Deaths Elsewhere


Slim Dusty,

76, an Australian country music singer whose cowboy songs captured the laid-back culture of the Outback, died of kidney cancer Friday at his home in Sydney.

He was born David Gordon Kirkpatrick and at age 10 he wrote his first song, "The Way The Cowboy Dies." A year later he renamed himself Slim Dusty.

He became one of the most prolific and biggest-selling recording artists in Australia. He recorded 105 albums and was recording another at the time of his death.

The singer-songwriter, who performed with just a guitar and his trademark cowboy hat, signed his first recording contract in 1946. But it wasn't until 1958 that his career took off with the hit "A Pub With No Beer," about an Australian cowboy who travels hundreds of miles to an Outback bar only to find it has run out of beer.

In 2000, he performed at the closing ceremony of the Sydney Olympics.

The Rev. Kenneth E. Hagin,

86, who started preaching at age 17 and made his congregation into an international ministry, died Friday in Tulsa, Okla.

Mr. Hagin's ministry included Rhema Bible Training Centers in 14 nations and Rhema churches in more than 110 countries. The Rhema Bible Church in Broken Arrow, Okla., where his ministry was based, has 8,000 members.

His ministry began when he said God miraculously healed him of a deformed heart and incurable blood disease. The ministry was part of a nationwide healing revival in the 1950s and 1960s.

He founded Rhema Bible Training Center USA in 1974. It has 23,000 alumni. His Faith Library Publications has more than 65 million books in print. The ministry has a weekly television program called Rhema Praise and a radio program, Faith Seminar of the Air, which is also available on the Internet.

Jay Morton,

92, a one-time writer and artist for the Fleischer animation studios who coined the famous "faster than a speeding bullet" introduction for the animated Superman cartoons, died of a brain aneurysm Sept. 6 in Boca Raton, Fla.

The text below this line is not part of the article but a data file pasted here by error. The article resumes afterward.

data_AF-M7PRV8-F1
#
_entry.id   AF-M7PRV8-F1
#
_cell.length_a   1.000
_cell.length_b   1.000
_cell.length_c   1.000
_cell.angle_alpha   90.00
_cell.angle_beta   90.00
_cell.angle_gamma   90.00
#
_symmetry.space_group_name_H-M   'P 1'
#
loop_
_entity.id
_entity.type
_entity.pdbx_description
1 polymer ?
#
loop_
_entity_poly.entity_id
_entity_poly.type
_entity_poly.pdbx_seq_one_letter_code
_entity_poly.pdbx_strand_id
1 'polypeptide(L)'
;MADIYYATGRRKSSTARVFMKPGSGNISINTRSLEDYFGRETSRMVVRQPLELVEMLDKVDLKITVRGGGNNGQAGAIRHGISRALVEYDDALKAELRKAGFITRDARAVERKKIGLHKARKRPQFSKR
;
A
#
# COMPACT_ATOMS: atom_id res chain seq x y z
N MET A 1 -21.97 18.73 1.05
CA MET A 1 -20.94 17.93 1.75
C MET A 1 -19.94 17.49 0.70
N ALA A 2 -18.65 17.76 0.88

Mr. Morton, a New York City native, studied art at the Pratt Institute in Brooklyn before going to work for the Fleischer studio in Miami in 1937. As an artist, he worked on Felix the Cat, Betty Boop, Popeye and other cartoon characters, said his son, Alex.

Mr. Morton also wrote about 25 of the early animated Superman cartoons, in which he initially described the comic book superhero as "faster than a streak of lightning, more powerful than the pounding surf, mightier than a roaring hurricane, this amazing stranger from the Planet Krypton, Superman."

But he soon reworked the introduction to the now-familiar: "Faster than a speeding bullet, more powerful than a locomotive, able to leap tall buildings in a single bound."

He left Fleischer in the early 1940s and started Home News, a newspaper in Hialeah and Miami Springs, and later published several other newspapers and two Florida trade papers.

Frederick A. Hetzel,

73, who was the director of the University of Pittsburgh Press for 30 years and made it a leading publisher of short fiction and poetry as well as academic books, died Sept. 13 at his home in Pittsburgh of complications from rheumatoid arthritis.

Mr. Hetzel also started the Drue Heinz Literature Prize for short fiction, whose winners receive $15,000 and have their work published by the University of Pittsburgh Press. The Heinz award received a $1 million endowment in 1996 from Drue Heinz, a food-industry heiress.

Mr. Hetzel led the University of Pittsburgh Press from 1964 until he retired in 1994. He enriched its offerings of books meant for the general reader. Its products include academic books about science and the humanities, and the Pitt Poetry Series.

John Griffith Hume Sr.,

81, who had appearances in the early 1950s on television's Playhouse 90 and Hallmark Hall of Fame, and in numerous commercials, died of cancer Sept. 12 in Downey, Calif.

Mr. Hume was a stage manager, director and coordinator, as well as an actor, and was considered the father of public theater in his hometown of Downey.

During his nearly 40-year career in stage and television, he was a mentor to generations of young actors, dancers, directors, choreographers, set designers and others involved in theater.

Mr. Hume was born in Oakland, Calif., and was groomed in childhood to work as a butcher in the family's meat-packing business but found himself more comfortable attending classes at San Jose State University, earning a bachelor of arts in theater in 1943.

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